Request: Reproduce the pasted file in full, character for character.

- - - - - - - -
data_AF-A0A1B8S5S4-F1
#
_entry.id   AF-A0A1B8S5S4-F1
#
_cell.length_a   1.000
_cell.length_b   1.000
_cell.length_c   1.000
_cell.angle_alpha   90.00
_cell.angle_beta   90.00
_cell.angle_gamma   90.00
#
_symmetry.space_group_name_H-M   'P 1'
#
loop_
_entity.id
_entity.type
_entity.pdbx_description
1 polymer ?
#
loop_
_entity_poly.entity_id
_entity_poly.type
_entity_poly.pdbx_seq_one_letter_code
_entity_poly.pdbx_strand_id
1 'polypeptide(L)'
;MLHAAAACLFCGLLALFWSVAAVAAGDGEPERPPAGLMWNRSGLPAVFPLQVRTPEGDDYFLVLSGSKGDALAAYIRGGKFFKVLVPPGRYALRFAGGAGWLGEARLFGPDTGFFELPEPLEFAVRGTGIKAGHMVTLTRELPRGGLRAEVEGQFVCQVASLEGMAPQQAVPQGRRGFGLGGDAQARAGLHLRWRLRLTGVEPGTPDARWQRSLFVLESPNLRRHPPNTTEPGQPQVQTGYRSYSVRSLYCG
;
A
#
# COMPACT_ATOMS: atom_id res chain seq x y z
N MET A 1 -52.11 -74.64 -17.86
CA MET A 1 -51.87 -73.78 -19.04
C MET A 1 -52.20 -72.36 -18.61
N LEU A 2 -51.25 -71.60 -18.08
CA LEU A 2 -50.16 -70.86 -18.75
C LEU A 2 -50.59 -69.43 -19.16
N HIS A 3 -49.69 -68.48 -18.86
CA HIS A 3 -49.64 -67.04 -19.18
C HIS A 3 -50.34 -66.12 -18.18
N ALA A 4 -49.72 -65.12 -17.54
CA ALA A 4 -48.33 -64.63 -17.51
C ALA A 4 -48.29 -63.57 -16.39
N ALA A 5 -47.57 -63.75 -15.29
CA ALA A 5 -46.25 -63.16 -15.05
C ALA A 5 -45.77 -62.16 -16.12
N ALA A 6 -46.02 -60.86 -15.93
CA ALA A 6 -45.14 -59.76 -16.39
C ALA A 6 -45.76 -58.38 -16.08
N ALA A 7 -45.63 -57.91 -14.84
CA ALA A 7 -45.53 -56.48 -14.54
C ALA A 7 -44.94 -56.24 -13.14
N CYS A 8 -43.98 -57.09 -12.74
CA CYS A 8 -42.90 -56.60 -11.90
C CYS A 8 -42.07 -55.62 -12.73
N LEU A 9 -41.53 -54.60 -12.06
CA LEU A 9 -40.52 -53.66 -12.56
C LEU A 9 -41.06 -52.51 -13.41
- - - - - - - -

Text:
data_AF-A0A1B8S5S4-F1
#
_entry.id   AF-A0A1B8S5S4-F1
#
_cell.length_a   1.000
_cell.length_b   1.000
_cell.length_c   1.000
_cell.angle_alpha   90.00
_cell.angle_beta   90.00
_cell.angle_gamma   90.00
#
_symmetry.space_group_name_H-M   'P 1'
#
loop_
_entity.id
_entity.type
_entity.pdbx_description
1 polymer ?
#
loop_
_entity_poly.entity_id
_entity_poly.type
_entity_poly.pdbx_seq_one_letter_code
_entity_poly.pdbx_strand_id
1 'polypeptide(L)'
;MLHAAAACLFCGLLALFWSVAAVAAGDGEPERPPAGLMWNRSGLPAVFPLQVRTPEGDDYFLVLSGSKGDALAAYIRGGKFFKVLVPPGRYALRFAGGAGWLGEARLFGPDTGFFELPEPLEFAVRGTGIKAGHMVTLTRELPRGGLRAEVEGQFVCQVASLEGMAPQQAVPQGRRGFGLGGDAQARAGLHLRWRLRLTGVEPGTPDARWQRSLFVLESPNLRRHPPNTTEPGQPQVQTGYRSYSVRSLYCG
;
A
#
# COMPACT_ATOMS: atom_id res chain seq x y z
N MET A 1 -52.11 -74.64 -17.86
CA MET A 1 -51.87 -73.78 -19.04
C MET A 1 -52.20 -72.36 -18.61
N LEU A 2 -51.25 -71.60 -18.08
CA LEU A 2 -50.16 -70.86 -18.75
C LEU A 2 -50.59 -69.43 -19.16
N HIS A 3 -49.69 -68.48 -18.86
CA HIS A 3 -49.64 -67.04 -19.18
C HIS A 3 -50.34 -66.12 -18.18
N ALA A 4 -49.72 -65.12 -17.54
CA ALA A 4 -48.33 -64.63 -17.51
C ALA A 4 -48.29 -63.57 -16.39
N ALA A 5 -47.57 -63.75 -15.29
CA ALA A 5 -46.25 -63.16 -15.05
C ALA A 5 -45.77 -62.16 -16.12
N ALA A 6 -46.02 -60.86 -15.93
CA ALA A 6 -45.14 -59.76 -16.39
C ALA A 6 -45.76 -58.38 -16.08
N ALA A 7 -45.63 -57.91 -14.84
CA ALA A 7 -45.53 -56.48 -14.54
C ALA A 7 -44.94 -56.24 -13.14
N CYS A 8 -43.98 -57.09 -12.74
CA CYS A 8 -42.90 -56.60 -11.90
C CYS A 8 -42.07 -55.62 -12.73
N LEU A 9 -41.53 -54.60 -12.06
CA LEU A 9 -40.52 -53.66 -12.56
C LEU A 9 -41.06 -52.51 -13.41